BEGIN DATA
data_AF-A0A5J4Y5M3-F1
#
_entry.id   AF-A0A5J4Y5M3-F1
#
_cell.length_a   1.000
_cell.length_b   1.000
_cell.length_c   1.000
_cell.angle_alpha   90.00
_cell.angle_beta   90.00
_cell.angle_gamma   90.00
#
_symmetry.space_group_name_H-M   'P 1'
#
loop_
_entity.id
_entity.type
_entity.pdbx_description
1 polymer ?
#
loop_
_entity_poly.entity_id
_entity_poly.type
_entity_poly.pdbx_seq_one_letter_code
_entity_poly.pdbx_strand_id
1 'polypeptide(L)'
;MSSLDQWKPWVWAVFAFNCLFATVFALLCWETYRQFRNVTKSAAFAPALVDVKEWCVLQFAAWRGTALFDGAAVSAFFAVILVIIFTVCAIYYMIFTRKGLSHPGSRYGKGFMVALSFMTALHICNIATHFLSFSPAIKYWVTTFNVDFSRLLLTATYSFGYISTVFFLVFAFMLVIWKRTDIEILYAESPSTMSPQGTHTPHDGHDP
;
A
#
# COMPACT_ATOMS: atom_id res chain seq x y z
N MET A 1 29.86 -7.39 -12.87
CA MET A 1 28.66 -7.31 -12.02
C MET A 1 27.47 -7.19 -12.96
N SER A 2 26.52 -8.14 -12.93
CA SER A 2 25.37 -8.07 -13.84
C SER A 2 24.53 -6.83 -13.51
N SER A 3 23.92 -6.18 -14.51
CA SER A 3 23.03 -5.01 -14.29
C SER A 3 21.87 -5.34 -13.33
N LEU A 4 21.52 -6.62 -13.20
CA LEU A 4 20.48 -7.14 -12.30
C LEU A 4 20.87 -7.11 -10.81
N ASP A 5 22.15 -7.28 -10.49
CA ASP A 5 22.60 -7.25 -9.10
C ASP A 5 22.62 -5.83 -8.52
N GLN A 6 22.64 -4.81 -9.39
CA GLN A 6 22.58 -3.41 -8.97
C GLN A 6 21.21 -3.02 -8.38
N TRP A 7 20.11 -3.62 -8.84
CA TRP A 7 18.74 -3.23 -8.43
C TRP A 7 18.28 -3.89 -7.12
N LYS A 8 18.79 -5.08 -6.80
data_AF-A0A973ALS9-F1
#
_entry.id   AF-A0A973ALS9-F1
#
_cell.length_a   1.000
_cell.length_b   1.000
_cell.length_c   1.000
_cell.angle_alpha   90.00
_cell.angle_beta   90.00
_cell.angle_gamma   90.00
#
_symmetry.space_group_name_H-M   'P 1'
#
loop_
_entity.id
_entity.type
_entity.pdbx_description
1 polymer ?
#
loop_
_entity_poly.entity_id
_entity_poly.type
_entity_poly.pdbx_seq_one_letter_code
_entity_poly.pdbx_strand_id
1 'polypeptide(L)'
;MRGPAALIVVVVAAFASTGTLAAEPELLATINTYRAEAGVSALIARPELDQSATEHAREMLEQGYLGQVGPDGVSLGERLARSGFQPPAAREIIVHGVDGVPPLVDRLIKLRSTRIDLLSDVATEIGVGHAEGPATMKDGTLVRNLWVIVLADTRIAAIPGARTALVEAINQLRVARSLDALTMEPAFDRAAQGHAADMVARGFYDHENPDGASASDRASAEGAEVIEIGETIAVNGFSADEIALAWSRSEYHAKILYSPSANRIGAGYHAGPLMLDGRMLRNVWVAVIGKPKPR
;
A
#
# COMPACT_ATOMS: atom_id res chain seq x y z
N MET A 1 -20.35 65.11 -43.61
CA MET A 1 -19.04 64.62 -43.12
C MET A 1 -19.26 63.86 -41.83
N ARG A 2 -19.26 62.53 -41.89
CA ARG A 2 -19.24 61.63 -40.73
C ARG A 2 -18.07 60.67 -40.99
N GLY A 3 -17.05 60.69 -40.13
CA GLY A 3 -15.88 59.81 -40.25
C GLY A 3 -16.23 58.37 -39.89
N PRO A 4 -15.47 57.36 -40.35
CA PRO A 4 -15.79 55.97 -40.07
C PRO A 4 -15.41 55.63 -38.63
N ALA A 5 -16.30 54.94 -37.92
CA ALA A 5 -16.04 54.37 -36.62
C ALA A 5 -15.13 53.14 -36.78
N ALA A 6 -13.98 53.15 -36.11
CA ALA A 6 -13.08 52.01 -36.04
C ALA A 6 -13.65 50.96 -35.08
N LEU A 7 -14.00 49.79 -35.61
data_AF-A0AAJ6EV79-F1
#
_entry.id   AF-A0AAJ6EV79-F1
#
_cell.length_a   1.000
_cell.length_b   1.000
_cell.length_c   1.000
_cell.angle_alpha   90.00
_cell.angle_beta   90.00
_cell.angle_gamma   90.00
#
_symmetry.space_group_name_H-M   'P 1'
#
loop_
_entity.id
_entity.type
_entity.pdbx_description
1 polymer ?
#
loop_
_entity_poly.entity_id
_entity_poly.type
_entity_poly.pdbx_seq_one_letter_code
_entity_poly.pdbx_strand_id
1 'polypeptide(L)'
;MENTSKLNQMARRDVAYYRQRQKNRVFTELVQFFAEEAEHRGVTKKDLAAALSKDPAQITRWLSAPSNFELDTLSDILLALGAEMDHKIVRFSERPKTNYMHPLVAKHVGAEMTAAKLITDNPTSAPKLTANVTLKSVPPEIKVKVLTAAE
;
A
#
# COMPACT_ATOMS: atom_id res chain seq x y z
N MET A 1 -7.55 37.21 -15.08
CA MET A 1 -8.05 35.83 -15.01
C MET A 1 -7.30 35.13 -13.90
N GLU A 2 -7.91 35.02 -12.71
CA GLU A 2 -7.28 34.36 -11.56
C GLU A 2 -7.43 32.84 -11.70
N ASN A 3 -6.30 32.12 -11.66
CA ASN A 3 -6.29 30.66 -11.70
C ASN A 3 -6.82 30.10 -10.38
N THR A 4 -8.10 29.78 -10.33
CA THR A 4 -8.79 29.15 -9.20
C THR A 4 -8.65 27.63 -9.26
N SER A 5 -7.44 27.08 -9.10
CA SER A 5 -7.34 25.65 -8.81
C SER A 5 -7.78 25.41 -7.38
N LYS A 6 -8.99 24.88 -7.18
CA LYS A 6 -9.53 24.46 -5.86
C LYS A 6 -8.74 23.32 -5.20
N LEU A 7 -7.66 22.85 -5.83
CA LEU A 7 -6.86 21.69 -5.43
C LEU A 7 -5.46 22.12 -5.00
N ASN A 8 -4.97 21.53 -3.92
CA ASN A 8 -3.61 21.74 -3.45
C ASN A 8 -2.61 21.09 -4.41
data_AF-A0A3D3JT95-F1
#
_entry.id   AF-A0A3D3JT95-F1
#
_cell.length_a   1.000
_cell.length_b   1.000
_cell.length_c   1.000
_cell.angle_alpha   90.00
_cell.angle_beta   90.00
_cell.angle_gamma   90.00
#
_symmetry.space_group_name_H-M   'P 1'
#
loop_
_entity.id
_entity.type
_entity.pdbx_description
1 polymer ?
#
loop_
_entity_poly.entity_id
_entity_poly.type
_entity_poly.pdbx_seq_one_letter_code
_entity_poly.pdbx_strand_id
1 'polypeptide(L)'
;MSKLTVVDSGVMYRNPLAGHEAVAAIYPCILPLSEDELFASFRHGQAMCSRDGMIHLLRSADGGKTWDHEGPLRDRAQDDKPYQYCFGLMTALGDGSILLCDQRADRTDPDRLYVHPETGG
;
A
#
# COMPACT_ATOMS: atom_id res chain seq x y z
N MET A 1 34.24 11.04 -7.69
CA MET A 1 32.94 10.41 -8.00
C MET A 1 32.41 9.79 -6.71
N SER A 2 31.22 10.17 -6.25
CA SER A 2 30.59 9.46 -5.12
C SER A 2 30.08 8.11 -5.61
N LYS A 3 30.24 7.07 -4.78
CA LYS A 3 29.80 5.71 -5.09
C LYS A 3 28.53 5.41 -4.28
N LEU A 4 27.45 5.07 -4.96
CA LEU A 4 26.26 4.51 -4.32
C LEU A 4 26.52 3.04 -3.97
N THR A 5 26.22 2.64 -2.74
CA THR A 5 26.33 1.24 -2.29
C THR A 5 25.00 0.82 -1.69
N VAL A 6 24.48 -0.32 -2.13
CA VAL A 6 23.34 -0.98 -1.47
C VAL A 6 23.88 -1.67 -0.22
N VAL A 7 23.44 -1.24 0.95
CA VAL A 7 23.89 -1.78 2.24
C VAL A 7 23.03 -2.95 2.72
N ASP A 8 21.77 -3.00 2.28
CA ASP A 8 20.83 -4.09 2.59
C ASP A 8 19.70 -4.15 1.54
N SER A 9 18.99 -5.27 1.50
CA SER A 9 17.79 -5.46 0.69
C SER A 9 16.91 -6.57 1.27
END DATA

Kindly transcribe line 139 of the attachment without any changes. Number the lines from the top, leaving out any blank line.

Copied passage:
CA ASN A 3 -6.29 30.66 -11.70